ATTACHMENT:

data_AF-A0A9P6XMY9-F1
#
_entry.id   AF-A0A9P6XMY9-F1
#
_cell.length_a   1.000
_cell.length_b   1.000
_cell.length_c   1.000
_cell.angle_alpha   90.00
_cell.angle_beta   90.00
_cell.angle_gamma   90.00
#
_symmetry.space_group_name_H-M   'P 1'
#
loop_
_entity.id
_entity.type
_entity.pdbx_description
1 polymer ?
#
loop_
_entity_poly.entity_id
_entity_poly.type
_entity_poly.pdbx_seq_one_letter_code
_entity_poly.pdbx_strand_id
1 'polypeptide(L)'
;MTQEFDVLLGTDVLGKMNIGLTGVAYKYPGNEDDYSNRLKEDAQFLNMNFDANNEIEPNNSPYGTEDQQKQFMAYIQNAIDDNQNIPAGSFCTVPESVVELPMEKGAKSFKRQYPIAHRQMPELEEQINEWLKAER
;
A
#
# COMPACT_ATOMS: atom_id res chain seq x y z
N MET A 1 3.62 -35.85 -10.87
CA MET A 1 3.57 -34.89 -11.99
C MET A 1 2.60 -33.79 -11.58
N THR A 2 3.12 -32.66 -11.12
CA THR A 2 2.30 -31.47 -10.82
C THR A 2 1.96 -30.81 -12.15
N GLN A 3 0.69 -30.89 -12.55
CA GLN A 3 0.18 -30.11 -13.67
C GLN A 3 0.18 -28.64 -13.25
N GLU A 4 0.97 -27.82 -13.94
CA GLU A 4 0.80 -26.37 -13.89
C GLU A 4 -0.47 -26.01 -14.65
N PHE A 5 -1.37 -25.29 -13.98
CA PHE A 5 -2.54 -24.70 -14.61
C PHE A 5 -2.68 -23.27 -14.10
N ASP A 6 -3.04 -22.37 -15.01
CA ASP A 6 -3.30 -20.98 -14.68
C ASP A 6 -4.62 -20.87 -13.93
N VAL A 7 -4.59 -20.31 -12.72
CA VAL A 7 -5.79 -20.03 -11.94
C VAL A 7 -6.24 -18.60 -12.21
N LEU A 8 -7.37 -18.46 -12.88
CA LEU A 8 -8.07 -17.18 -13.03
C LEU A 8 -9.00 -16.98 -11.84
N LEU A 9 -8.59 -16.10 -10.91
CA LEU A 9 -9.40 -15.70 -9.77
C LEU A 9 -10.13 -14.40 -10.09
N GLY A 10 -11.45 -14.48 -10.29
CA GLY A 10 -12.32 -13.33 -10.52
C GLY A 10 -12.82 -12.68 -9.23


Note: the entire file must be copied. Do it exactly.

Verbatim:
data_AF-A0A9P6XMY9-F1
#
_entry.id   AF-A0A9P6XMY9-F1
#
_cell.length_a   1.000
_cell.length_b   1.000
_cell.length_c   1.000
_cell.angle_alpha   90.00
_cell.angle_beta   90.00
_cell.angle_gamma   90.00
#
_symmetry.space_group_name_H-M   'P 1'
#
loop_
_entity.id
_entity.type
_entity.pdbx_description
1 polymer ?
#
loop_
_entity_poly.entity_id
_entity_poly.type
_entity_poly.pdbx_seq_one_letter_code
_entity_poly.pdbx_strand_id
1 'polypeptide(L)'
;MTQEFDVLLGTDVLGKMNIGLTGVAYKYPGNEDDYSNRLKEDAQFLNMNFDANNEIEPNNSPYGTEDQQKQFMAYIQNAIDDNQNIPAGSFCTVPESVVELPMEKGAKSFKRQYPIAHRQMPELEEQINEWLKAER
;
A
#
# COMPACT_ATOMS: atom_id res chain seq x y z
N MET A 1 3.62 -35.85 -10.87
CA MET A 1 3.57 -34.89 -11.99
C MET A 1 2.60 -33.79 -11.58
N THR A 2 3.12 -32.66 -11.12
CA THR A 2 2.30 -31.47 -10.82
C THR A 2 1.96 -30.81 -12.15
N GLN A 3 0.69 -30.89 -12.55
CA GLN A 3 0.18 -30.11 -13.67
C GLN A 3 0.18 -28.64 -13.25
N GLU A 4 0.97 -27.82 -13.94
CA GLU A 4 0.80 -26.37 -13.89
C GLU A 4 -0.47 -26.01 -14.65
N PHE A 5 -1.37 -25.29 -13.98
CA PHE A 5 -2.54 -24.70 -14.61
C PHE A 5 -2.68 -23.27 -14.10
N ASP A 6 -3.04 -22.37 -15.01
CA ASP A 6 -3.30 -20.98 -14.68
C ASP A 6 -4.62 -20.87 -13.93
N VAL A 7 -4.59 -20.31 -12.72
CA VAL A 7 -5.79 -20.03 -11.94
C VAL A 7 -6.24 -18.60 -12.21
N LEU A 8 -7.37 -18.46 -12.88
CA LEU A 8 -8.07 -17.18 -13.03
C LEU A 8 -9.00 -16.98 -11.84
N LEU A 9 -8.59 -16.10 -10.91
CA LEU A 9 -9.40 -15.70 -9.77
C LEU A 9 -10.13 -14.40 -10.09
N GLY A 10 -11.45 -14.48 -10.29
CA GLY A 10 -12.32 -13.33 -10.52
C GLY A 10 -12.82 -12.68 -9.23